In the film version of this story, the prospecting enriches everyone involved, but not without terrible environmental and human tolls from contamination. In the real-life version of this story, environmental experts and I warn of the risks that hydraulic fracturing poses for the New York City drinking water supply. As a geologist, environmental scientist and public policymaker who has been deeply involved in efforts to preserve and enhance the city’s drinking water quality for almost 20 years, I believe that this activity will result in the degradation of the water quality in the city’s upstate reservoirs and ultimately lead to city residents being forced to pay in excess of $10 billion for a water filtration plant to clean up the mess.

We cannot allow this to happen. Not to ourselves, and not to our children. With state legislation already passed in stealth, it is now up to the public and the media – and the power of its collective voices – to make sure a bad state law doesn’t pollute New York City’s drinking water supply and cost city taxpayers billions of dollars in the process.

The law in question, S8169A, will help expand drilling prospects greatly across upstate New York‘s Marcellus Shale underground rock formation, including areas within New York City’s drinking water supply watershed. This law could have and should have excluded the area within the city’s drinking water supply, but it didn’t. At a public hearing that I chaired in City Hall on Sept. 10, Department of Environmental Conservation Commissioner Pete Grannis would not commit to formally excluding our drinking water supply from drilling, but that may change if enough New Yorkers stand up and join me in my protest.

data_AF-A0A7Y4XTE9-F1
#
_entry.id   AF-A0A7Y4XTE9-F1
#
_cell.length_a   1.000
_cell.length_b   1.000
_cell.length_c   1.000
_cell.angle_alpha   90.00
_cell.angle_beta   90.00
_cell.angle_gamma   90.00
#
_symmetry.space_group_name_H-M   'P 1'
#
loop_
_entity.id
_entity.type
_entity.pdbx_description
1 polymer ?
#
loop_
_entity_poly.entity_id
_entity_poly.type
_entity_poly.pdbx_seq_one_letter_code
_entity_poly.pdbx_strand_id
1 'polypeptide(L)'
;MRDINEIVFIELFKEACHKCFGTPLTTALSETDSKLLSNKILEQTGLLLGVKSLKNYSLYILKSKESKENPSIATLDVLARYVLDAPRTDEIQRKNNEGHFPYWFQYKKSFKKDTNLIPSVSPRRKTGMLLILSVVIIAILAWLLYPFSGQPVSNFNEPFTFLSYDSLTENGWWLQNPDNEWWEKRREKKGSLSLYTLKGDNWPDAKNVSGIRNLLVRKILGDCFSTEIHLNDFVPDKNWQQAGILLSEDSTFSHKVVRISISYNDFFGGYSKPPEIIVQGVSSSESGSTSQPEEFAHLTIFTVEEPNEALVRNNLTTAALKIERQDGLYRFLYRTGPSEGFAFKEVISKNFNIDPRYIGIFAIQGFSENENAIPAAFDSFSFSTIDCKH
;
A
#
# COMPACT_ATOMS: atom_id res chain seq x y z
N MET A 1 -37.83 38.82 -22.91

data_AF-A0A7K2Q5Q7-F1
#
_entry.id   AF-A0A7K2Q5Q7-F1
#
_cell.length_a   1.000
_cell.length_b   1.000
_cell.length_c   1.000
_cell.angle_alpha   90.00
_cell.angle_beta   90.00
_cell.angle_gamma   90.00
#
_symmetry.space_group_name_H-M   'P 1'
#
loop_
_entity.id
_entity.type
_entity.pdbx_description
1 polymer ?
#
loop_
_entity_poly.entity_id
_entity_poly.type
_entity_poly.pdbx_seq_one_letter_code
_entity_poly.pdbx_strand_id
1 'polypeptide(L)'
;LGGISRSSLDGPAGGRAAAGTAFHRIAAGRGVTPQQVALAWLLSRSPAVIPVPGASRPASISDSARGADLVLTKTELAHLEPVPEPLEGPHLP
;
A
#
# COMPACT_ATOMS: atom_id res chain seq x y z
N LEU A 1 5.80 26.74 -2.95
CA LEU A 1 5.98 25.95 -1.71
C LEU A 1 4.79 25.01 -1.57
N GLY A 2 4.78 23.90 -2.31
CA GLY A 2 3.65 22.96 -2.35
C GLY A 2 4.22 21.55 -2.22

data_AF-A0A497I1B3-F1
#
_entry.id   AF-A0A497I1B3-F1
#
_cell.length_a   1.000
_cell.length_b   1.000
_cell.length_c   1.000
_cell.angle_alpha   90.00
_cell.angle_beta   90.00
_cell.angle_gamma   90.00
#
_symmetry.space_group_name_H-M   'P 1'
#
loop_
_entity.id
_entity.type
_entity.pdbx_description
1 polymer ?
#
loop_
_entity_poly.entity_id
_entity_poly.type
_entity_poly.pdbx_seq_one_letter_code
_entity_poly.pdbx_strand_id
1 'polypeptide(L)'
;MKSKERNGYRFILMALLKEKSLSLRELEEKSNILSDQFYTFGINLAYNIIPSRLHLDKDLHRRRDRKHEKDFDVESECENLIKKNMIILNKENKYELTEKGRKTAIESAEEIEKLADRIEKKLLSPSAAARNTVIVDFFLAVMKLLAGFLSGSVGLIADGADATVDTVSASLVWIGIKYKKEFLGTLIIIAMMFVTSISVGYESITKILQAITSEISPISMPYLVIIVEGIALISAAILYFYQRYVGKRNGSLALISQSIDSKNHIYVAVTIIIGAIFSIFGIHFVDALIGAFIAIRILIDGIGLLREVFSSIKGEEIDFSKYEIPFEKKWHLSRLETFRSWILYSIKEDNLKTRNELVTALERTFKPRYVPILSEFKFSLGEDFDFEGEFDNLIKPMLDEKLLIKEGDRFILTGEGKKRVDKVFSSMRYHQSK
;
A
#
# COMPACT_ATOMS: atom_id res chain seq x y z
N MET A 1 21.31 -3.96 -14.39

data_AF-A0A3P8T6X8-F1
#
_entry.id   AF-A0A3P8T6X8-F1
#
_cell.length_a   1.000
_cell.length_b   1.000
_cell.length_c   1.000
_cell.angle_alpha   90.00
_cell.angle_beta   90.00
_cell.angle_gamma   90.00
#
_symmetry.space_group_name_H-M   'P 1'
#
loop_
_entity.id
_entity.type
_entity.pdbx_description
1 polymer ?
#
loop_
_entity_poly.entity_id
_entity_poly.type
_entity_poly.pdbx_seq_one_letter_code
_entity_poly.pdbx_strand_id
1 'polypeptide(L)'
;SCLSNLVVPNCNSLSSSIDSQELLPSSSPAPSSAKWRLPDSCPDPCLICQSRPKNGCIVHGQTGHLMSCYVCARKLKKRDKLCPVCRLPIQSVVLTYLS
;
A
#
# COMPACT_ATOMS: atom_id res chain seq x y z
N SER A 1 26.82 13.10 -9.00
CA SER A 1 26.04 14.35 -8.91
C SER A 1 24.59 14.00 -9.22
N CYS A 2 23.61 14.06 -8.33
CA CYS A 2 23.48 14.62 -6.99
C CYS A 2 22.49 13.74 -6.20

Hydraulic fracturing has contaminated water supplies in other states, including Wyoming and New Mexico. The method, which for each well forces millions of gallons of water, sand and industrial chemicals through earth as deep as 9,000 feet underground, has been decried for its impact on water supplies by numerous environmental groups, including the League of Conservation Voters, the Natural Resources Defense Council, the Sierra Club, the Catskill Mountainkeeper and Earthwatch’s Oil and Gas Accountability Project.

There are abundant areas upstate outside of the city’s watershed that overlay the Marcellus Shale where drilling could conceivably proceed with the proper environmental safeguards. But not in our water supply. Never in our water supply. Let’s not let the allure of the short-term economic gain from drilling blind us to the fact that if this is allowed in our water supply, the economic benefits will pale in comparison to degraded reservoirs and a prohibitively expensive filtration plant we wouldn’t otherwise need.

Everyone knows that water and oil don’t mix. Neither do water and natural gas.

James Gennaro is chairman of the New York City Council‘s Committee on Environmental Protection.’It is now up to the public and the media.’

Catskills topic of talk

 ONEONTA _ Wes Gillingham, program director for Catskill Mountainkeeper, will give a talk titled “The Future of the Catskills: Can Catskill Mountainkeeper Help?” on Tuesday.The event will be at 7 p.m. in the Strawbale House at Hartwick College’s Pine Lake Environmental Campus as part of the ongoing “Conversations at the Lake” series.

Gillingham will discuss his work with Catskill Mountainkeeper, a nonprofit advocacy organization whose mission is to protect the ecological integrity of the Catskill Mountain range and the quality of life of those who live there.

Read more here